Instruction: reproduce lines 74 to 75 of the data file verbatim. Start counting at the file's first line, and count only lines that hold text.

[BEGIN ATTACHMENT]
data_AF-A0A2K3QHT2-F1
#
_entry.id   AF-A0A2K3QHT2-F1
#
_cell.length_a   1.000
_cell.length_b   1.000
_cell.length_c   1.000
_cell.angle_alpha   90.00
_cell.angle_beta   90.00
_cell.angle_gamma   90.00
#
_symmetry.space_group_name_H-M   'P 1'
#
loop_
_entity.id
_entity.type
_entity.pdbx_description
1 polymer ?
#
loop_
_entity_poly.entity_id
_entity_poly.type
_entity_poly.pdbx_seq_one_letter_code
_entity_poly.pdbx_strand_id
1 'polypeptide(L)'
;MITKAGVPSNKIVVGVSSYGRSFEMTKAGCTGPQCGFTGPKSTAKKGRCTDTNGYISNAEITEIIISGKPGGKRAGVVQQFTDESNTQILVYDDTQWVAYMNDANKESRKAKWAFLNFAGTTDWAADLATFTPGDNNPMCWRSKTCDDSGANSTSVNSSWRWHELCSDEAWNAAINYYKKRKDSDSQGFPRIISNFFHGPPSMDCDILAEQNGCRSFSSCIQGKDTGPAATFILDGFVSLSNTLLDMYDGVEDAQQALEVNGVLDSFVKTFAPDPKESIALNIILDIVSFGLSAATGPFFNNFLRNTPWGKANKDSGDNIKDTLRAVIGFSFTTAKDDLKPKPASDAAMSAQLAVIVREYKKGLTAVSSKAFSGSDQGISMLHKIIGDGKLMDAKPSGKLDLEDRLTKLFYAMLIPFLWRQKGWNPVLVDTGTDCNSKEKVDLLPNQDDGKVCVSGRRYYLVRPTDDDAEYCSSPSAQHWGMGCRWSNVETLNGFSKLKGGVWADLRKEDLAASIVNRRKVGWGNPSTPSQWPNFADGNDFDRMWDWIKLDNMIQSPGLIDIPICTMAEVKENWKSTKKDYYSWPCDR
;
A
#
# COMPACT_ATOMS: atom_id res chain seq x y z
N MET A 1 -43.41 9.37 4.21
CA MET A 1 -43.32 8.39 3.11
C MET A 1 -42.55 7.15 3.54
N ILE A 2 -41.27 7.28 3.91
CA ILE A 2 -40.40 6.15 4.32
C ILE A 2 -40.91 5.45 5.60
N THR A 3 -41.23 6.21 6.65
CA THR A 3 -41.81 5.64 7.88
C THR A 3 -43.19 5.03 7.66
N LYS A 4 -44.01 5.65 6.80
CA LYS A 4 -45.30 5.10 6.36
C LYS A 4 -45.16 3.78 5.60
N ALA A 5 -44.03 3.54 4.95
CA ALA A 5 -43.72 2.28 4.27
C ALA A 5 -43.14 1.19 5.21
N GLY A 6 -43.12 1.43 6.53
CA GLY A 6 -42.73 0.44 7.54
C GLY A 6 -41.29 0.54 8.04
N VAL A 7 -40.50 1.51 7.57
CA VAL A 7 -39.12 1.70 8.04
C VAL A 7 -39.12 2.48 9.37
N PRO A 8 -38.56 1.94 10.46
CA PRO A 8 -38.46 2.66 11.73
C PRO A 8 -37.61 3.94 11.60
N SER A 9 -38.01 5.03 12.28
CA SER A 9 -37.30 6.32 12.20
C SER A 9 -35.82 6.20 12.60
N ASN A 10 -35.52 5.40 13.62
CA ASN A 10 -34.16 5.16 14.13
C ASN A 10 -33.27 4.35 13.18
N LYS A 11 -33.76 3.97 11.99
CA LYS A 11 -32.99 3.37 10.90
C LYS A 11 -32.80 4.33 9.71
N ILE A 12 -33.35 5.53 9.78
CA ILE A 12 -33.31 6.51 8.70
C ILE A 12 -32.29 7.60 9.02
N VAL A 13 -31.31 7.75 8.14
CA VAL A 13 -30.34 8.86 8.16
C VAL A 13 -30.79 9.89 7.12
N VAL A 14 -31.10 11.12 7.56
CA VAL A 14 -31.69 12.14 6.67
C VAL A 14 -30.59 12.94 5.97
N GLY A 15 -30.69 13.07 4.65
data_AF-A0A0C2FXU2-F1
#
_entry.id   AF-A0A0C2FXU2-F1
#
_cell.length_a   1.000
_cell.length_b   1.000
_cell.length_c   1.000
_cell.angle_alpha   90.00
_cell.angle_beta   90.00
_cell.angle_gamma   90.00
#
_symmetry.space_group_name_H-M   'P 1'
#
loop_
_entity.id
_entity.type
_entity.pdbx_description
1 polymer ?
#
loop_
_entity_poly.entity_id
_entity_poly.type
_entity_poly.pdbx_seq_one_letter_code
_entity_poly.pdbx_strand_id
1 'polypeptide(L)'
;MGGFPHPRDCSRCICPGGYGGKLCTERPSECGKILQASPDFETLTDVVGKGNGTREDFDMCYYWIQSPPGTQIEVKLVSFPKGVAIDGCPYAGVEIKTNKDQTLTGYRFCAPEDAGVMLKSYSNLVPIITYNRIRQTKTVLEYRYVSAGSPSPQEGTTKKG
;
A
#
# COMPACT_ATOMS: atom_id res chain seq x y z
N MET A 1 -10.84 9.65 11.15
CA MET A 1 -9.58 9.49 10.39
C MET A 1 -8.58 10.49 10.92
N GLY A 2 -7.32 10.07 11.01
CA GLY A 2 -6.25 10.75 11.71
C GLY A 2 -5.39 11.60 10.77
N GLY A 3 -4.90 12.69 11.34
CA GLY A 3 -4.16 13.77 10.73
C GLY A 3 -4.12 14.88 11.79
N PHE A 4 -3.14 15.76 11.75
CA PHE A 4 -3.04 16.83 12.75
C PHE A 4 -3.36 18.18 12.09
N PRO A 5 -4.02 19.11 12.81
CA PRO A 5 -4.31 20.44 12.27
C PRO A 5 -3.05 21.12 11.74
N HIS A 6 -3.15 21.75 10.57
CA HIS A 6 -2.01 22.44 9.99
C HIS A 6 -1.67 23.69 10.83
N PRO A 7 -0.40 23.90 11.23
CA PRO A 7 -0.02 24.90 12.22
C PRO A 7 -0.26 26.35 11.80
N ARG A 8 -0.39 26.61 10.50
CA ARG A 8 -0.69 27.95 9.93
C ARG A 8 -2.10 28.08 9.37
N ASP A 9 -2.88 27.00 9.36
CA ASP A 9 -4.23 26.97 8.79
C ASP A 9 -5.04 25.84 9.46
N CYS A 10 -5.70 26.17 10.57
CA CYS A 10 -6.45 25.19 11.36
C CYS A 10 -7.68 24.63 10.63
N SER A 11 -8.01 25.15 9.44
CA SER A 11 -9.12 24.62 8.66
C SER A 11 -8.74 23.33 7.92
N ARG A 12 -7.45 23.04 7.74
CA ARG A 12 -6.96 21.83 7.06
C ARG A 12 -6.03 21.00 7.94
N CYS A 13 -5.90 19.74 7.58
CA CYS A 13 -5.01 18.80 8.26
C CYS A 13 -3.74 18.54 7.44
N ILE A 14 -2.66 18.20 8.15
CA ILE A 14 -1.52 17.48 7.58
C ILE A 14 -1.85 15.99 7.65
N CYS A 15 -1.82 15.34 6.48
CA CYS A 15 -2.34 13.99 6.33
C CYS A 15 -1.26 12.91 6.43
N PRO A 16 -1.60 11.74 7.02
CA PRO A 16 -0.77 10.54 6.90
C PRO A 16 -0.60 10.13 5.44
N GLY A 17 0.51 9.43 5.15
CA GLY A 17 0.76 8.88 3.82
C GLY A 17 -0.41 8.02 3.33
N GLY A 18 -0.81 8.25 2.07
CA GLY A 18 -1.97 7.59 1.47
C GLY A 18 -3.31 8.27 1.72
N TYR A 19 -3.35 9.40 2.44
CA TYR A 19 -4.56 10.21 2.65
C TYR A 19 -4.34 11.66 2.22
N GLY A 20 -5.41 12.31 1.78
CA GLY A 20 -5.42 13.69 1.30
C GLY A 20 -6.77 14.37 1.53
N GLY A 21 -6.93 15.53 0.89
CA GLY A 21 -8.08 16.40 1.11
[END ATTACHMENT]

data_AF-A0A0C2FXU2-F1
#